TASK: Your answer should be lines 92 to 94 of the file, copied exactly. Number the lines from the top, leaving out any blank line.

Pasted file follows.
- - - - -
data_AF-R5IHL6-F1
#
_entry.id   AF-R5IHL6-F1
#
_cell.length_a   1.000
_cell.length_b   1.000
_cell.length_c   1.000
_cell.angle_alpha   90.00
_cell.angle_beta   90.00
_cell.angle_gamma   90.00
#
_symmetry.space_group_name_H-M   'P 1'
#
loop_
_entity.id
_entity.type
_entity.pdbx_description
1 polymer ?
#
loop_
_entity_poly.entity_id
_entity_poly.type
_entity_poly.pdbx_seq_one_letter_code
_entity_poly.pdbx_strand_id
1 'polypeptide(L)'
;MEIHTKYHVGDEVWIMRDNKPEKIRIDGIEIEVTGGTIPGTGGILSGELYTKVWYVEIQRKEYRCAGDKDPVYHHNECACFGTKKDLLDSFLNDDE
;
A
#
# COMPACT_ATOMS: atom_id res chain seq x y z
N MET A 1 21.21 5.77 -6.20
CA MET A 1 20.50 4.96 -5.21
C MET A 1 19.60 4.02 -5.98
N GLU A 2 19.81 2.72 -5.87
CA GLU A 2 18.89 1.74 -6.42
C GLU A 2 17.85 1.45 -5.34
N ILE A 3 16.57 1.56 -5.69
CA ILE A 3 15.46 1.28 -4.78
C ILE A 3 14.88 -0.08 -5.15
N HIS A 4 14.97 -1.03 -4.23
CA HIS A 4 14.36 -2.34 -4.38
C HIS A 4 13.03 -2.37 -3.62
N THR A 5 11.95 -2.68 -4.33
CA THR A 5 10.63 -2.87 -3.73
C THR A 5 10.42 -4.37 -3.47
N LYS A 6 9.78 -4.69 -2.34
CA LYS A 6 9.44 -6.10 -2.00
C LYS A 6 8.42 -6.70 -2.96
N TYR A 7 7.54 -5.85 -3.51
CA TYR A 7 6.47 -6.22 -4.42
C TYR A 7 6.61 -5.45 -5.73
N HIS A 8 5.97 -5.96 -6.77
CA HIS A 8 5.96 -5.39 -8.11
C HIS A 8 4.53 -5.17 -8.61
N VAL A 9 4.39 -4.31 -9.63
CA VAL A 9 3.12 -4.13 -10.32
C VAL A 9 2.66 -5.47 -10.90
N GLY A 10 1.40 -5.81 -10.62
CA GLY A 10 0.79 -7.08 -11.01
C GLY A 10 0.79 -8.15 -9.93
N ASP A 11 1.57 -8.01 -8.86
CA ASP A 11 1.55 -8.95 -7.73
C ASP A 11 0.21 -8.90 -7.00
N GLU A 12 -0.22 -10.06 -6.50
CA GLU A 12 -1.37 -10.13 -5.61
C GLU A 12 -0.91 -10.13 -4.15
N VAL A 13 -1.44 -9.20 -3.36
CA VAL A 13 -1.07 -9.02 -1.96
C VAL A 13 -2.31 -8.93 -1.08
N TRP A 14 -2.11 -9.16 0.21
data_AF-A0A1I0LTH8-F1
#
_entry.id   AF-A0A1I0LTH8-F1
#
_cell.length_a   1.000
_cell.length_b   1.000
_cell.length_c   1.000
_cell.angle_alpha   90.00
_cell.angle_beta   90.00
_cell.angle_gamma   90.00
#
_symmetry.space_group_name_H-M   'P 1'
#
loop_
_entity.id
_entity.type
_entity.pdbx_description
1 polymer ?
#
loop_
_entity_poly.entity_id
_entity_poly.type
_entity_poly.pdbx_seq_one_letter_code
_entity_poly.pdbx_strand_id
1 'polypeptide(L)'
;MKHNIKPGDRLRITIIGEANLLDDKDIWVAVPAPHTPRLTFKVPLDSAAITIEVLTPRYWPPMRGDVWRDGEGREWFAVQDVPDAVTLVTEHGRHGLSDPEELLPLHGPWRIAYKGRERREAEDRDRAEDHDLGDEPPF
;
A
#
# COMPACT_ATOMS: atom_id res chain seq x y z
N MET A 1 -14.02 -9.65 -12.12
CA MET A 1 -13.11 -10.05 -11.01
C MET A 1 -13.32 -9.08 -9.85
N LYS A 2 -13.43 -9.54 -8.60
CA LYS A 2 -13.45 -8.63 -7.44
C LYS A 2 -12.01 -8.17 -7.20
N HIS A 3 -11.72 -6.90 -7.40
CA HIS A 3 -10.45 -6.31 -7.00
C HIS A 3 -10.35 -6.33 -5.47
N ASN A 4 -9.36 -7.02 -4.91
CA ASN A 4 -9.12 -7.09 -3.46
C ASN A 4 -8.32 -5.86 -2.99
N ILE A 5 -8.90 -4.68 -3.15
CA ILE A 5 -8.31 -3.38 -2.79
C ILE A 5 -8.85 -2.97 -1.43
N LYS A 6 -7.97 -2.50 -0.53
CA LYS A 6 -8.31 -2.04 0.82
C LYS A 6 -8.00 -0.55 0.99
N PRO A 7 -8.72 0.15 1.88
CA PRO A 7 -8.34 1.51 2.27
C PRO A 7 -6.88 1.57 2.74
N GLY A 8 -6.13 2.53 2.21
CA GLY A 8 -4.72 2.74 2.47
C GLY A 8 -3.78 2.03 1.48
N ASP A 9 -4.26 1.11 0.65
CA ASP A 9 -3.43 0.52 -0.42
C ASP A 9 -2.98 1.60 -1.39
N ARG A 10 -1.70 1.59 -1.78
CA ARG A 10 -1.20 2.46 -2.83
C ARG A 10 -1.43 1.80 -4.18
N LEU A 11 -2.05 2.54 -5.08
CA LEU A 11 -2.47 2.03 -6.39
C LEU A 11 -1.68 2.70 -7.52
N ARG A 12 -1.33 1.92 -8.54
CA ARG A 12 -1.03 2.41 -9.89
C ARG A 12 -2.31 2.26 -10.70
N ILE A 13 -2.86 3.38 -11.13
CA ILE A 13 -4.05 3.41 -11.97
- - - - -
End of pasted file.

_entity_poly.type
_entity_poly.pdbx_seq_one_letter_code
_entity_poly.pdbx_strand_id